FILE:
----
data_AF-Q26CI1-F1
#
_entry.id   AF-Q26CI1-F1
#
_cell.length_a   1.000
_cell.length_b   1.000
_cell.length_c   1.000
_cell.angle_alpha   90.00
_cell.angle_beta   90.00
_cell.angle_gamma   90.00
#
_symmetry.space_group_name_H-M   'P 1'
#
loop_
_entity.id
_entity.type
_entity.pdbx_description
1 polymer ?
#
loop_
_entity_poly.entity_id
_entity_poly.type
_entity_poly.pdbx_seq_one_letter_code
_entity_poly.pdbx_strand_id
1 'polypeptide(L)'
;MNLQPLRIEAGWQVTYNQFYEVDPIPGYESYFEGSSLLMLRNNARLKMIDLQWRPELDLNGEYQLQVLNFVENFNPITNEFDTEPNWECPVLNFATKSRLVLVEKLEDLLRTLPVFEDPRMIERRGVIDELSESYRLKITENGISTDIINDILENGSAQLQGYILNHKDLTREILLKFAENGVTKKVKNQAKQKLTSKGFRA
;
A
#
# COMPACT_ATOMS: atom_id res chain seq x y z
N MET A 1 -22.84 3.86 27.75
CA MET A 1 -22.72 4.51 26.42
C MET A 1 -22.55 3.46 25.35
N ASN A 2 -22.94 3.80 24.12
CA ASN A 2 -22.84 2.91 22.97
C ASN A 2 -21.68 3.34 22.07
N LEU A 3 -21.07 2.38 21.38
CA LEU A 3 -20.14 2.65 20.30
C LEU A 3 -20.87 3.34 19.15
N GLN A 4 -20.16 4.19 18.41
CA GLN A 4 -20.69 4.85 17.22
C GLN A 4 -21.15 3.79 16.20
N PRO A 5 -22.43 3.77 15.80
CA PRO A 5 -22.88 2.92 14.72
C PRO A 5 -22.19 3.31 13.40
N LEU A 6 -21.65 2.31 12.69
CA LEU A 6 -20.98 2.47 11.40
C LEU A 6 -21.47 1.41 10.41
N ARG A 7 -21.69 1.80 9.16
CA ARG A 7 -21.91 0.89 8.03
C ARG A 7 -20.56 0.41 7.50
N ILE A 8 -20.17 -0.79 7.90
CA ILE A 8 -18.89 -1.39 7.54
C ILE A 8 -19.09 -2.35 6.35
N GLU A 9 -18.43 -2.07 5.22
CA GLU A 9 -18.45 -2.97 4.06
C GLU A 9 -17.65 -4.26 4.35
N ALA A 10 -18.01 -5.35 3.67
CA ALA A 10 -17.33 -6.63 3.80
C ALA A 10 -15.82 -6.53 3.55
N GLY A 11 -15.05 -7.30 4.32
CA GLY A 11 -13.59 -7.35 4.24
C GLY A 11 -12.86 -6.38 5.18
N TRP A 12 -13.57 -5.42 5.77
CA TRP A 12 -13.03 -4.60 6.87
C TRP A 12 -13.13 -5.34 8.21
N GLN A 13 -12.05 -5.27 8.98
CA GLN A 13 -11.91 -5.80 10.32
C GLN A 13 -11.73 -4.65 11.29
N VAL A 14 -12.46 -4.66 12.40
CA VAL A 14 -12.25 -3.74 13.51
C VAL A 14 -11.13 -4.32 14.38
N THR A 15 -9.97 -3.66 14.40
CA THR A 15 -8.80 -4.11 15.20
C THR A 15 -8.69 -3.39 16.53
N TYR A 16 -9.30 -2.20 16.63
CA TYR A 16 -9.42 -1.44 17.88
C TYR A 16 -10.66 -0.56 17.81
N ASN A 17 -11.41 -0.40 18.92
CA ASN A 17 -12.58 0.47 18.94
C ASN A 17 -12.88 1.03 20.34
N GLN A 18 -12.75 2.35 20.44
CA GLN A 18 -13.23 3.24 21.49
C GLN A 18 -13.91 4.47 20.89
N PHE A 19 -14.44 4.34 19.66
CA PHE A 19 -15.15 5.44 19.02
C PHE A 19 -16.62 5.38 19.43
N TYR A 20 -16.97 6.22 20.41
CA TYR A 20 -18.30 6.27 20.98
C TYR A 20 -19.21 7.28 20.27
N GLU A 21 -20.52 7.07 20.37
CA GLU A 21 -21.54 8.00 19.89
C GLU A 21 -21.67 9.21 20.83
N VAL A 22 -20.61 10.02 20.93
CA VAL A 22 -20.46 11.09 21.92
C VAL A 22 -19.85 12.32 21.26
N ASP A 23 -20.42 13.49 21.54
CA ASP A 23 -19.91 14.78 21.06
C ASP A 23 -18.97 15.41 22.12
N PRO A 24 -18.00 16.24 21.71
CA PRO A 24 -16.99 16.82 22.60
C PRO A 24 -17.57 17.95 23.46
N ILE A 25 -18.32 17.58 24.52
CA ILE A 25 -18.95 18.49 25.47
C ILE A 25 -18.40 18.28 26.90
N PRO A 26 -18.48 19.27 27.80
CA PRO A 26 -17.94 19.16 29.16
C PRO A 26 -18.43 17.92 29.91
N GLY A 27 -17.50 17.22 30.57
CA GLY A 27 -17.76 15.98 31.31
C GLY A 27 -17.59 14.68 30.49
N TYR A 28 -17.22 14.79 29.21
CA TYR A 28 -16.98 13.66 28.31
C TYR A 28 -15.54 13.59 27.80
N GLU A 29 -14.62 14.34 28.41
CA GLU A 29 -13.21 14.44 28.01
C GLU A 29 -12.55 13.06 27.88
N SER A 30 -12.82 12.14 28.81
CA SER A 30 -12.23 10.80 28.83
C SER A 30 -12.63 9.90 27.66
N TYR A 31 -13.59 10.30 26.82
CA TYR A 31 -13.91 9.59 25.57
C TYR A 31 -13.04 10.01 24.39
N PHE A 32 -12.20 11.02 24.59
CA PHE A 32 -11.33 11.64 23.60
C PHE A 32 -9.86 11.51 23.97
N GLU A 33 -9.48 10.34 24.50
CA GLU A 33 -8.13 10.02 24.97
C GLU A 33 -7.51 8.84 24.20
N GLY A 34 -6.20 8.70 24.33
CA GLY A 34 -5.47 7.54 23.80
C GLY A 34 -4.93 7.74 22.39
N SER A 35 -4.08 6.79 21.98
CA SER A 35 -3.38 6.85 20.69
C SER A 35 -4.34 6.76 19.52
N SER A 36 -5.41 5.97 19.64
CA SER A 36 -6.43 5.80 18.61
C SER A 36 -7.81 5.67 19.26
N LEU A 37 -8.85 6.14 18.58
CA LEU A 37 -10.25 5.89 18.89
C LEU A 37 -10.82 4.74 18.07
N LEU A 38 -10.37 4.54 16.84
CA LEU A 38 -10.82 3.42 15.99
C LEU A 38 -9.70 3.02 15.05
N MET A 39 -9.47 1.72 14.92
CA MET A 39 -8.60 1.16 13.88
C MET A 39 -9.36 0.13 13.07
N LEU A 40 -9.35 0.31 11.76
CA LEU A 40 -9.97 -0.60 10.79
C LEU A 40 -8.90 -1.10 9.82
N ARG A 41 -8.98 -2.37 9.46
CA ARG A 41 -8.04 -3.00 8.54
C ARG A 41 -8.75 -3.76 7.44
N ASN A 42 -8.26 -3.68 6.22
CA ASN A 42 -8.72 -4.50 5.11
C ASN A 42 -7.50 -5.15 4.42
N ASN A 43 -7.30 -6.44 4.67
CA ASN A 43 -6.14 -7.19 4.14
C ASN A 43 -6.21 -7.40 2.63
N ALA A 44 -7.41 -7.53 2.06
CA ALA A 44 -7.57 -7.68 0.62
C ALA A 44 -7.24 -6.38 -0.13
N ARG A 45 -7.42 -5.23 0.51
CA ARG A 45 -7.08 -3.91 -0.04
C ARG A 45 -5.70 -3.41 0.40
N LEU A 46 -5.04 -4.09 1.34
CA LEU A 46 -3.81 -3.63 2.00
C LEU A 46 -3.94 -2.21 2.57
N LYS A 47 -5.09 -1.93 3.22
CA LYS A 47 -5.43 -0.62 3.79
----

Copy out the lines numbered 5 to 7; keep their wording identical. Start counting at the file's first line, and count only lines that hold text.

_cell.length_a   1.000
_cell.length_b   1.000
_cell.length_c   1.000